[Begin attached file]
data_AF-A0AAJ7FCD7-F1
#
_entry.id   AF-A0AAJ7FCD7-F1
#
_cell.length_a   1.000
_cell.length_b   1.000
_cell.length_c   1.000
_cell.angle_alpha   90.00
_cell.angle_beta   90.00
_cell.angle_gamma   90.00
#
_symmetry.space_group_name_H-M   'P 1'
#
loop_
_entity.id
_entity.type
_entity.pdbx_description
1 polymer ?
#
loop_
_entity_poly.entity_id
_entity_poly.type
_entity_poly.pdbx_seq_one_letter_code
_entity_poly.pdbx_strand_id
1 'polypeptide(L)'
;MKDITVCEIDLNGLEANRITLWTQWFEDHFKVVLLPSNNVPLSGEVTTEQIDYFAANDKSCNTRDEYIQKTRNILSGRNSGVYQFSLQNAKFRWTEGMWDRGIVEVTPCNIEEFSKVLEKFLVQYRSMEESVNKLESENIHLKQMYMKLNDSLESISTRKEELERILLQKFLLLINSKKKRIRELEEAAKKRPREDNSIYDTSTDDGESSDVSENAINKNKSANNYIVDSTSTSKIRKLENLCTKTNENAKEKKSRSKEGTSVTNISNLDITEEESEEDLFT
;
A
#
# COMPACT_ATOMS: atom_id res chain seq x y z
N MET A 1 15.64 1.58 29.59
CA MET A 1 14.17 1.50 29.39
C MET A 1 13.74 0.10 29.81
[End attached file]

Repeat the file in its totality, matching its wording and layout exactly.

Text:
data_AF-A0AAJ7FCD7-F1
#
_entry.id   AF-A0AAJ7FCD7-F1
#
_cell.length_a   1.000
_cell.length_b   1.000
_cell.length_c   1.000
_cell.angle_alpha   90.00
_cell.angle_beta   90.00
_cell.angle_gamma   90.00
#
_symmetry.space_group_name_H-M   'P 1'
#
loop_
_entity.id
_entity.type
_entity.pdbx_description
1 polymer ?
#
loop_
_entity_poly.entity_id
_entity_poly.type
_entity_poly.pdbx_seq_one_letter_code
_entity_poly.pdbx_strand_id
1 'polypeptide(L)'
;MKDITVCEIDLNGLEANRITLWTQWFEDHFKVVLLPSNNVPLSGEVTTEQIDYFAANDKSCNTRDEYIQKTRNILSGRNSGVYQFSLQNAKFRWTEGMWDRGIVEVTPCNIEEFSKVLEKFLVQYRSMEESVNKLESENIHLKQMYMKLNDSLESISTRKEELERILLQKFLLLINSKKKRIRELEEAAKKRPREDNSIYDTSTDDGESSDVSENAINKNKSANNYIVDSTSTSKIRKLENLCTKTNENAKEKKSRSKEGTSVTNISNLDITEEESEEDLFT
;
A
#
# COMPACT_ATOMS: atom_id res chain seq x y z
N MET A 1 15.64 1.58 29.59
CA MET A 1 14.17 1.50 29.39
C MET A 1 13.74 0.10 29.81